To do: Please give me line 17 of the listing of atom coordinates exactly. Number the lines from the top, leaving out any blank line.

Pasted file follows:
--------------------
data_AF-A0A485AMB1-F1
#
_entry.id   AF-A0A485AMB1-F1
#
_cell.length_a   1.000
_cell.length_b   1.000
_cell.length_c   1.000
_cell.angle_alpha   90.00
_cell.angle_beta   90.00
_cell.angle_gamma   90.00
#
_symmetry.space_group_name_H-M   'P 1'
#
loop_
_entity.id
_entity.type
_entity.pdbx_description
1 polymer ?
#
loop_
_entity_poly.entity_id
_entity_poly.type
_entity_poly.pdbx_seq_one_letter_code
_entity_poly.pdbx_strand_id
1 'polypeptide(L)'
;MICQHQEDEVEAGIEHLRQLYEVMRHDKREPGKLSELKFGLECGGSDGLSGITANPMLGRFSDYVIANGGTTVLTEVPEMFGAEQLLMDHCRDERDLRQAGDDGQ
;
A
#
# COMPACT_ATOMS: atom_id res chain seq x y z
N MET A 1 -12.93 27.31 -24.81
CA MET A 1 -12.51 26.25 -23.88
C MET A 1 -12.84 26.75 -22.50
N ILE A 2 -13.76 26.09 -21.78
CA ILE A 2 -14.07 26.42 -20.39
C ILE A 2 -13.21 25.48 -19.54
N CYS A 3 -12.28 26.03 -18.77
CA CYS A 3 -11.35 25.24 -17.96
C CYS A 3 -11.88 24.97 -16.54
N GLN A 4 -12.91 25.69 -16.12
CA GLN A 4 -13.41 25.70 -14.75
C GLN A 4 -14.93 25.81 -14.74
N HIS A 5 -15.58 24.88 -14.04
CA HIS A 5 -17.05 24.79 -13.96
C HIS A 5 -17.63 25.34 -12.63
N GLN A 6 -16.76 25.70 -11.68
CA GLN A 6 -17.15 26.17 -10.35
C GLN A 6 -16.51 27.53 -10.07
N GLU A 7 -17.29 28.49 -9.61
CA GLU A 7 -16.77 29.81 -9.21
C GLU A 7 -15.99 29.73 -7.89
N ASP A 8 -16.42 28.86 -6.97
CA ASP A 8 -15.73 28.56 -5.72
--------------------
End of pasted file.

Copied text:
_entity.pdbx_description